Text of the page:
Monday, February 01, 2010

I copied the editorial of the Nov./Dec. issue of The New Orleans Tribune

Since I couldn't find archives on the Tribune's website, I'll copy it at the bottom of this post. It's worth rereading after reading this month's endorsement of John Georges:
The New Orleans Tribune has been a tireless advocate and a consistently strong voice for self-governance and self-determination in a majority* African American city. We have been out front endorsing and supporting African American candidates for elected office with both our checkbooks and our pens for over 25 years.
We think John Georges is the best candidate to “hold” the mayor’s office while we in the African American community regroup. We know for sure Georges is the best candidate to stop the juggernaut that is barreling down on this community as we write.

It certainly makes you wonder what Georges promised the Tribune's editor, Dwight McKenna. It's almost enough to make you wonder about McKenna, Leon Cannizzaro, Georges and Bill Schultz.

BTW, Cannizzaro and McKenna's paper have both endorsed Jay Batt over either Virginia Blanque or Susan Guidry.

At any rate, last month's Tribune editorial (no link available):
A Betrayal of the Black Community

The recent exit by State Senator Ed Murray from the mayor’s race has left the black community confused and bewildered. The blow is even more painful because it is an African American politician that has let us down—failing to show the courage to lead and stay the course.

After the devastation of Katrina and the ravages that linger, we had looked forward to an able, committed, competent candidate who could and would lead the disadvantaged citizenry of this city, act in our best interests and restore confidence in our ability to govern ourselves. Boy, were we fooled. Yet after three days reeling in the wake of Senator Murray’s surprise announcement, we are resigned to the rumblings and rumors of back room deal-making to endorse another candidate. What a joke. What a ruse.

The spurious argument of not wanting to create racial divisiveness insults, and declarations of lack of money ring hollow in the ears of those who entrusted their confidence to Senator Murray. Now we see the old two-stepping routine of one wanting to be the spook that anoints the new king and the one who sits by the door. What we see is a man who thoughtlessly led us down the primrose path and selfishly left us up the creek without a paddle, a man who lacked the courage of his stated convictions.

Is this what our forefathers struggled and died for during the Civil Rights movement? Is this the destination that Dutch Morial and others of our first Black elected officials in the 20th century were seeking when they began their exciting journeys on our behalf and with us at their sides over 30 years ago?

Shame on you, Senator Murray. Do you not know what you have done? You have dealt a blow to this community beyond belief, a blow with ramifications that we will be dealing with for years to come.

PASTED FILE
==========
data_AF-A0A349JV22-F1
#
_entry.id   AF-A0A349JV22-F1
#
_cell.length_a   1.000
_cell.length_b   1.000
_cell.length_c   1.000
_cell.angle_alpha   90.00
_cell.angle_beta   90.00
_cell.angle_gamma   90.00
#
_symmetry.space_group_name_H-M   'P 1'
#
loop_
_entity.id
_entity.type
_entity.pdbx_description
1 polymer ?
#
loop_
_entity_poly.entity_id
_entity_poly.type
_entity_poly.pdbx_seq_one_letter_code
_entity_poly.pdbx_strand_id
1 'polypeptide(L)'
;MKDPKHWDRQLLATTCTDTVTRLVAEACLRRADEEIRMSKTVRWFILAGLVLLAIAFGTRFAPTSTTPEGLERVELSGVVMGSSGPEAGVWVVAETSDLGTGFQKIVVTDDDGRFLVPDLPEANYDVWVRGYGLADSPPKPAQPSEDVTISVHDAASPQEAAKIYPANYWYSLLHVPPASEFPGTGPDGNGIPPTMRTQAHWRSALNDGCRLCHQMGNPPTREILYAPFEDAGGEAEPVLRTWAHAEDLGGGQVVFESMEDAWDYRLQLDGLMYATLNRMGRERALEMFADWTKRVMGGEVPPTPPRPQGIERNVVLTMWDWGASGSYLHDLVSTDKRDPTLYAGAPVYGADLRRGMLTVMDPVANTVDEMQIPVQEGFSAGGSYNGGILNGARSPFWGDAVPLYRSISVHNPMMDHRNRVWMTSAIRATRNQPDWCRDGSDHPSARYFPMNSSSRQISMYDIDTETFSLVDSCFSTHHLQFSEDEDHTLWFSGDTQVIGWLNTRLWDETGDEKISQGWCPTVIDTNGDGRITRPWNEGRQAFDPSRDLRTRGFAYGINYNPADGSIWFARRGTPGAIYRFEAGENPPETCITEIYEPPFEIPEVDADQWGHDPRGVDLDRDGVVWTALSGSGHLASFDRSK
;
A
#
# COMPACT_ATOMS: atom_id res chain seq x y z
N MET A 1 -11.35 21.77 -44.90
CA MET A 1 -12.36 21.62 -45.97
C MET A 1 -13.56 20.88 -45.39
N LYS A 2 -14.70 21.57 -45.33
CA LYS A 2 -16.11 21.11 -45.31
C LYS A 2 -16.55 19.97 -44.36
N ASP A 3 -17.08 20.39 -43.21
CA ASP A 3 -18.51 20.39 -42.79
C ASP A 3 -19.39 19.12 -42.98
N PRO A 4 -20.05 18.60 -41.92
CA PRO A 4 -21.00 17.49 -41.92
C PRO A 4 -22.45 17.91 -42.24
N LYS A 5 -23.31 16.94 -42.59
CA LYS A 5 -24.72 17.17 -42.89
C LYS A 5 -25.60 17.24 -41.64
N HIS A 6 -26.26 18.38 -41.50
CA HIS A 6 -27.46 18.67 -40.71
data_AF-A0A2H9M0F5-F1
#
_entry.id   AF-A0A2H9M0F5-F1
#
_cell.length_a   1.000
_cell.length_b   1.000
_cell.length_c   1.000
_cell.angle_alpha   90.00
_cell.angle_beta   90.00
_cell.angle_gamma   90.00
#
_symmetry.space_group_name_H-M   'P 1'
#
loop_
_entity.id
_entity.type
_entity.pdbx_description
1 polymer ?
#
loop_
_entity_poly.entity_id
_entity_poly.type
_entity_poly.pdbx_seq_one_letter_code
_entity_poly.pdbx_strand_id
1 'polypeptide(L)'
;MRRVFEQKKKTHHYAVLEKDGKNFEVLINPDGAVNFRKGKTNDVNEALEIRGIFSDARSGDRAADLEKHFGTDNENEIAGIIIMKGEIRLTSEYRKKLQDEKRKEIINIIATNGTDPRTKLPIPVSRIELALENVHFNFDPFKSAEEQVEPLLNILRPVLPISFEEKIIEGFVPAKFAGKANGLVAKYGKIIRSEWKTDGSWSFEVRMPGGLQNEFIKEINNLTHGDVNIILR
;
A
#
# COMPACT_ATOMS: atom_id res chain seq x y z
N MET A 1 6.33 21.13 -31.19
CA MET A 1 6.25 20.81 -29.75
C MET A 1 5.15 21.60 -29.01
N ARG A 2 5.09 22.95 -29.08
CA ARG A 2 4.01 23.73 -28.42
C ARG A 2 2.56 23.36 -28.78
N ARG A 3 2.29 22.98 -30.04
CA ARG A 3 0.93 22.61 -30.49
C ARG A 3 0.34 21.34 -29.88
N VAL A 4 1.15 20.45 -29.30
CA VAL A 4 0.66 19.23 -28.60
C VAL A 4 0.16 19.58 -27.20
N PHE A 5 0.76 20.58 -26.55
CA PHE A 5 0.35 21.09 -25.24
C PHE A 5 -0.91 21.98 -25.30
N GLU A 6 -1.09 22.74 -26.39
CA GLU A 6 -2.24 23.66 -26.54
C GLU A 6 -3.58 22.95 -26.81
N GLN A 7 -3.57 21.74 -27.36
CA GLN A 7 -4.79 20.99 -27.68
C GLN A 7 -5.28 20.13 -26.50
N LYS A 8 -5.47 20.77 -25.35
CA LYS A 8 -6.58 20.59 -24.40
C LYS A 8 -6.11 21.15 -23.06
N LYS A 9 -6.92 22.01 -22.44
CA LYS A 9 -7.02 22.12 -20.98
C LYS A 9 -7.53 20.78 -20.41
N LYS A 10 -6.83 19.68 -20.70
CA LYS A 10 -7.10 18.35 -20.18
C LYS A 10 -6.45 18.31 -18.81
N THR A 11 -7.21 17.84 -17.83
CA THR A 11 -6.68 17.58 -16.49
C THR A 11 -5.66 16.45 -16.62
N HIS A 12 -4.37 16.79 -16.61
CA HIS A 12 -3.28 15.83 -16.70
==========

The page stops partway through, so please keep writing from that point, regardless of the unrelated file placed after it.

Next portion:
In spite of our having been wounded, we can’t give up now. It’s time that we pull it together, regroup as a community, and seriously consider our options for mayor. It is paramount that we not despair but that we steel ourselves to make the right choice as we move forward. Even more than before, it is critical that we look past empty clichés, patronizing back slapping and meaningless platitudes while demanding that the candidate we agree to support unapologetically signs on to an agenda that benefits the African American community.

To our elected officials, Black and white, our people are tired, so be on notice, there will be no more free passes.

It’s accountability time in New Orleans.

*For the most part, I don't think it's a terribly significant fact that the city's voter registration was majority White when Dutch Morial became the city's first black mayor in 1978, but some rhetoric seems to ignore that fact altogether. If memory serves, white voter registration was about 57% (don't remember the exact figure), which would be consistent with this:
Dutch Morial made national history when he was elected the first Black mayor of the Crescent City in 1977, defeating City Councilman Joseph V. DiRosa by a vote of 90,500 to 84,300. Morial successfully became the city's first mayor of color by capturing 95 percent of the Black New Orleans vote and 20 percent of the city's white vote.

The city was majority black, population wise, at the time, however whites still had a substantial majority in voting roles, primarily due to the fact that a good chunk of the black population was under age 18.

I know it was covered in one of the "Mayor's of New Orleans" series lectures. I think I also read it in Campanella's book.
Post a Comment

<< Home

This page is powered by Blogger. Isn't yours?

Old Favorites
  • Political Boxing (untitled)
  • Did Bush Take His Ball and Go Home
  • Teratogens and Plan B
  • Foghorn Leghorn Republicans
  • Quote of the Day
  • October's News(Dec.1)
  • untitled, Nov.19 (offshore revenue)
  • Remember Upton Sinclair
  • Oct. Liar of thr month
  • Jindal's True Colors
  • No bid contracts